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Center for American Women and Politics (CAWP) Recruitment Studies, 2008

Version
v0
Resource Type
Dataset : survey data
Creator
  • Sanbonmatsu, Kira (Rutgers University. Eagleton Institute of Politics. Center for American Women and Politics)
  • Carroll, Susan J. (Rutgers University. Eagleton Institute of Politics. Center for American Women and Politics)
  • Walsh, Debbie (Rutgers University. Eagleton Institute of Politics. Center for American Women and Politics)
Other Title
  • Archival Version (Subtitle)
Publication Date
2015-05-13
Funding Reference
  • Barbara Lee Family Foundation
  • Susie Tompkins Buell Foundation
Language
English
Free Keywords
candidates; elections; gender; mayoral candidates; mayors; party membership; political campaigns; political leaders; politics; state legislators; state politics; women
Description
  • Abstract

    The 2008 Center for American Women and Politics (CAWP) Recruitment Studies are studies of United States state legislators' and mayors' pathways to office that were conducted by the Center for American Women and Politics (CAWP) at the Eagleton Institute of Politics at Rutgers University. Data about state legislators and mayors of big cities were gathered through survey instruments that consisted primarily of questions concerning the decision to seek office, previous political experience, and personal background. The studies, which were conducted by mail, web, and phone, were designed to replicate a 1981 CAWP study about gender and pathways to elective office. All women serving in the legislatures of the 50 states were surveyed, along with a random sample of men state legislators; men were randomly selected and sampled in proportion to the number of women serving in each chamber and state. All women mayors of cities with a population of 30,000 and above serving in 2008 were surveyed, along with a random sample of men mayors. Demographic variables include age, education, race, and marital status.
  • Abstract

    Data about state legislators and mayors of big cities were gathered through survey instruments that consisted primarily of questions concerning the decision to seek office, previous political experience, and personal background.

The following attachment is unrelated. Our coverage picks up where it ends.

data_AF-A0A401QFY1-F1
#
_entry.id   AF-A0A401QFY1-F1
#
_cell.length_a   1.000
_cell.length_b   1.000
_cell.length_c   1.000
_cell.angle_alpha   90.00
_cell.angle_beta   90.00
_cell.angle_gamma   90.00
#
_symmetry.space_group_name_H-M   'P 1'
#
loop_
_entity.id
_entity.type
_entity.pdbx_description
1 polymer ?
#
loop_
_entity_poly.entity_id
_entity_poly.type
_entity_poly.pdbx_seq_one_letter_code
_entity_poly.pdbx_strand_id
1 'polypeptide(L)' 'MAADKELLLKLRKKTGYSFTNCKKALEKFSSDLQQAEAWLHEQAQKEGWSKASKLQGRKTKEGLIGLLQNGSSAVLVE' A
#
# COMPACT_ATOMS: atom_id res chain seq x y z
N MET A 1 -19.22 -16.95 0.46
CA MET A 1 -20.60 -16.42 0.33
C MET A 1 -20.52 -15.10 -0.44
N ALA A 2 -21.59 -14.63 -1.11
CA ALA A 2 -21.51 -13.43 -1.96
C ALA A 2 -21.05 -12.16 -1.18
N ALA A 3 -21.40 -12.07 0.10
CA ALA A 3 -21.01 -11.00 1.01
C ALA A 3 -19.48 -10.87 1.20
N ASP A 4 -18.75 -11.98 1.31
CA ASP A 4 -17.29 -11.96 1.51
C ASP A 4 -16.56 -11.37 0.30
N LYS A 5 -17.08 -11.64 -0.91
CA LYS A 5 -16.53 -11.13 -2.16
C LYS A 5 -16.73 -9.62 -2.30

• Abstract

    The studies which were conducted by mail, web, and phone, were designed to replicate a 1981 CAWP study about gender and pathways to elective office. Respondents received an initial letter informing them of the study and inviting them to complete the survey online. This letter was also sent electronically to those respondents with publicly available email addresses. Respondents who did not complete the web survey after this initial invitation were sent a paper copy of the survey instrument with a postage-paid, self-addressed return envelope. Non-respondents were subsequently re-contacted with reminder messages and additional copies of the survey instrument. Towards the end of the data collection period, remaining non-respondents received phone call reminder messages as well as invitations to complete the survey by phone. All respondents were promised confidentiality.
  • Abstract

    Any variables that could directly or indirectly identify state legislators or mayors have been removed. Some responses have been recoded to "no answer" or "not applicable" to preserve state legislator and mayor confidentiality. Variable names and question wording in this codebook are drawn from the questionnaire sent to women state legislators. For example, variable "wq1" is the first question of the women state legislator questionnaire, etc. The questionnaires that were sent to women and men state legislators were identical except that the questionnaire sent to women included two additional questions about women's organizations. These two questions are indicated in this codebook.
  • Methods

    Response Rates: 36.5 percent of state legislators and 48.2 percent of mayors of large cities.
  • Table of Contents

    Datasets:

    • DS1: Dataset
Temporal Coverage
  • Time period: 2008
Geographic Coverage
  • United States
Sampled Universe
United States state legislators and mayors of large cities. Smallest Geographic Unit: Individual elected officials
Sampling
All women serving in the legislatures of the 50 states in 2008 were surveyed, along with a random sample of men state legislators; men were randomly selected and sampled in proportion to the number of women legislators serving in each chamber and state. All women mayors of cities with a population of 30,000 and above serving in 2008 were surveyed, along with a random sample of men mayors.
Collection Mode
  • computer-assisted telephone interview (CATI), mail questionnaire, web-based survey

    This is an elite study of United States state legislators and mayors. Respondents were promised confidentiality. Some variables have been removed and some variables recoded in order to preserve respondent confidentiality.

Availability
Delivery
This version of the study is no longer available on the web. If you need to acquire this version of the data, you have to contact ICPSR User Support (help@icpsr.umich.edu).
Alternative Identifiers
  • 35244 (Type: ICPSR Study Number)
Relations
  • Is previous version of
    DOI: 10.3886/ICPSR35244.v1

Update Metadata: 2015-08-05 | Issue Number: 6 | Registration Date: 2015-06-16

Sanbonmatsu, Kira; Carroll, Susan J.; Walsh, Debbie (2015): Center for American Women and Politics (CAWP) Recruitment Studies, 2008. Archival Version. Version: v0. ICPSR - Interuniversity Consortium for Political and Social Research. Dataset. https://doi.org/10.3886/ICPSR35244